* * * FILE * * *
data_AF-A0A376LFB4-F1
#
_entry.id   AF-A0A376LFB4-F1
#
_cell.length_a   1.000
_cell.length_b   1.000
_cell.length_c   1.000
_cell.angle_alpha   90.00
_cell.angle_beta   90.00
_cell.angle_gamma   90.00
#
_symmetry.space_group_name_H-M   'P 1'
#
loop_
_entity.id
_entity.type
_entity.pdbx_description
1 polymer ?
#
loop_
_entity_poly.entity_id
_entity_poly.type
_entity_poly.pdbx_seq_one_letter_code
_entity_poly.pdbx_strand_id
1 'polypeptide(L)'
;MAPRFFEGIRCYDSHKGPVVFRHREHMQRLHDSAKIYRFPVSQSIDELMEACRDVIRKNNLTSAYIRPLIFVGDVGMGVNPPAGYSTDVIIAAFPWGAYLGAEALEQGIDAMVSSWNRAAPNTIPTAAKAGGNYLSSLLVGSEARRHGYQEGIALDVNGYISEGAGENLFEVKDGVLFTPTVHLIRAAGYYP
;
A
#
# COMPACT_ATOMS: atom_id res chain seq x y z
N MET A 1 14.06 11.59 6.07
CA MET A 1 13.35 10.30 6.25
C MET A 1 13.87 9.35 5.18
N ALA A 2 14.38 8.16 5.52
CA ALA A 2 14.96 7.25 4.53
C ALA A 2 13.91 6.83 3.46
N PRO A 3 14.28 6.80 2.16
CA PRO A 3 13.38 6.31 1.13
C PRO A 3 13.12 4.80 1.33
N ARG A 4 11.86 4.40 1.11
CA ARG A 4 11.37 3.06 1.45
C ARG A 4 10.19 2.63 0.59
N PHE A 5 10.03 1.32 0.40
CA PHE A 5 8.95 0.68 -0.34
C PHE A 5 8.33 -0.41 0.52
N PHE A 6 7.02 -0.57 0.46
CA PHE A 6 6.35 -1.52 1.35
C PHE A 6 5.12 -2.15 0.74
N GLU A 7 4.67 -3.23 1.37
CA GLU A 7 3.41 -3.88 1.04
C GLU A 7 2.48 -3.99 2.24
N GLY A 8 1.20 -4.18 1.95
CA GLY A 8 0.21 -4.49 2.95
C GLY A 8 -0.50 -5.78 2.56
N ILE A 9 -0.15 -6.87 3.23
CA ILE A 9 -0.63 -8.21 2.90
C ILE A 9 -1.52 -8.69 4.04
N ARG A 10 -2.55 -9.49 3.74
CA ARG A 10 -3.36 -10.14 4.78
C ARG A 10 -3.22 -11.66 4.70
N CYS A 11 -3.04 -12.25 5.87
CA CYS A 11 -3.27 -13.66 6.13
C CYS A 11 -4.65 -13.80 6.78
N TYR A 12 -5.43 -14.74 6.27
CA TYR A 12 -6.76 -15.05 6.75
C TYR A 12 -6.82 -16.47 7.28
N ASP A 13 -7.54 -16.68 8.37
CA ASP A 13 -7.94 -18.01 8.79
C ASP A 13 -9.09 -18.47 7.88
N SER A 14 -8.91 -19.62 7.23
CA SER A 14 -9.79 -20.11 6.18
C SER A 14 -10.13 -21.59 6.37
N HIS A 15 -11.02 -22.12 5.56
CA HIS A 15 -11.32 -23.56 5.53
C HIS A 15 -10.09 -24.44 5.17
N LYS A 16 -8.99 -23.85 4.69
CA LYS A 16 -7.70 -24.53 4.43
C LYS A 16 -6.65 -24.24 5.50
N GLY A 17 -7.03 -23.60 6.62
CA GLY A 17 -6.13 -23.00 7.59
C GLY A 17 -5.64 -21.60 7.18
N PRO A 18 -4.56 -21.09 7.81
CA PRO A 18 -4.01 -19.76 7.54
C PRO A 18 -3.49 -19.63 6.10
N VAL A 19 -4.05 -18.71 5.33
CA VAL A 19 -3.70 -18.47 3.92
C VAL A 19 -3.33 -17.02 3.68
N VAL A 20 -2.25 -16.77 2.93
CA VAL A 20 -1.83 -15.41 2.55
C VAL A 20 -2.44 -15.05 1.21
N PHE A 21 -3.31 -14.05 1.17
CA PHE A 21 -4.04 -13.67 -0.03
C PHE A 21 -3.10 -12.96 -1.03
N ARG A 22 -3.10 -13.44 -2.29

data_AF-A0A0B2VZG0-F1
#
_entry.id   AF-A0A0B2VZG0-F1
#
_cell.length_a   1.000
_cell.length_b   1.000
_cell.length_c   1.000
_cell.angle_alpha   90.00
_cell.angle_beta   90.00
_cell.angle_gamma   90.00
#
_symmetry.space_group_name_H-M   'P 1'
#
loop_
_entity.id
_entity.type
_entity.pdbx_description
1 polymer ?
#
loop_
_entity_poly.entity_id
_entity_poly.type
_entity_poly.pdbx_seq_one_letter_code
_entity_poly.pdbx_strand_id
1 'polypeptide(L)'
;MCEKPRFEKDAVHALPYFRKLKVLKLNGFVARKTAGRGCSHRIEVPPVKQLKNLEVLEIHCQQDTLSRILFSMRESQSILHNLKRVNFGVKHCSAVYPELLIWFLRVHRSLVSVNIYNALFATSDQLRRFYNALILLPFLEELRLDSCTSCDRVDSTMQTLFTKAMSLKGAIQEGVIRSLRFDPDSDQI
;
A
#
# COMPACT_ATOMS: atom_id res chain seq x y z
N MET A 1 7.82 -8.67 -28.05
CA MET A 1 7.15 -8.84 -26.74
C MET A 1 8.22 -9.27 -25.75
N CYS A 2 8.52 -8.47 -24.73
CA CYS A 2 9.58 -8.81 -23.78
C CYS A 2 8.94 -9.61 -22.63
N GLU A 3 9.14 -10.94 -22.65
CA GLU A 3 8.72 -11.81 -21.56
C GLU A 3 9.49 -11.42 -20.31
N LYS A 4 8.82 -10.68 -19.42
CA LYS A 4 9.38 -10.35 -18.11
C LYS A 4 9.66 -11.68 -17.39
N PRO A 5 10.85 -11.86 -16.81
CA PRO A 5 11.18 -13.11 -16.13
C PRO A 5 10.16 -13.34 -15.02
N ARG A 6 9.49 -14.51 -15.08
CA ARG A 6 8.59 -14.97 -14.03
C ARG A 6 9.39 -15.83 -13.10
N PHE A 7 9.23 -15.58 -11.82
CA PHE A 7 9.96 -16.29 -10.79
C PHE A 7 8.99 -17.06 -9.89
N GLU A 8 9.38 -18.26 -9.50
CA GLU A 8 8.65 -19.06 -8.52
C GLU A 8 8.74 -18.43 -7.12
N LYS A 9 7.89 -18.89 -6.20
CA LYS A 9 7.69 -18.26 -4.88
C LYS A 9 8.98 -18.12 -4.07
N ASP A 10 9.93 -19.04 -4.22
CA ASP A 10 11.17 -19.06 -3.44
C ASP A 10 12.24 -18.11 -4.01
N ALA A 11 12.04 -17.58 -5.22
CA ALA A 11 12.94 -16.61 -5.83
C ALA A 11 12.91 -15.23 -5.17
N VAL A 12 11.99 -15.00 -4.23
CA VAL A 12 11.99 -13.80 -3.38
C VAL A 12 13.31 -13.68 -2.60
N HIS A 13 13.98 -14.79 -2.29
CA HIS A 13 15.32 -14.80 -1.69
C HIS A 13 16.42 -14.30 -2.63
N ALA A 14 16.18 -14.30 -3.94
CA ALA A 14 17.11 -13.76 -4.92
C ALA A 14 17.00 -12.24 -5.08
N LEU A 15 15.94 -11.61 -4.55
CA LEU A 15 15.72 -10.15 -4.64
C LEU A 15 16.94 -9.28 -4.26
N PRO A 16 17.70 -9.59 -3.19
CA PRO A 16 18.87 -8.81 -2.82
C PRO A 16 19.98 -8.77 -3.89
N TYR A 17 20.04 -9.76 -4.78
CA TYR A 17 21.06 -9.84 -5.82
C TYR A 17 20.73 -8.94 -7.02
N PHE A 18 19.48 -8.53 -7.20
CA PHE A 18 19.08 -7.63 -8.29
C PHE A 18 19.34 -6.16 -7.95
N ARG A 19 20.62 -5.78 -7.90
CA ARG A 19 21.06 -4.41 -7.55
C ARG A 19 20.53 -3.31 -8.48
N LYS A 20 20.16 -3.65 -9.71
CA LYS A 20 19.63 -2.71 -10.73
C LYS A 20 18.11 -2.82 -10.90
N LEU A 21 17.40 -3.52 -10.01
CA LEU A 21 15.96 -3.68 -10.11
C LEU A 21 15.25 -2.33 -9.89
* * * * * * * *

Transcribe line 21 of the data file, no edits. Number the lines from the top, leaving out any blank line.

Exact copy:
_entity_poly.entity_id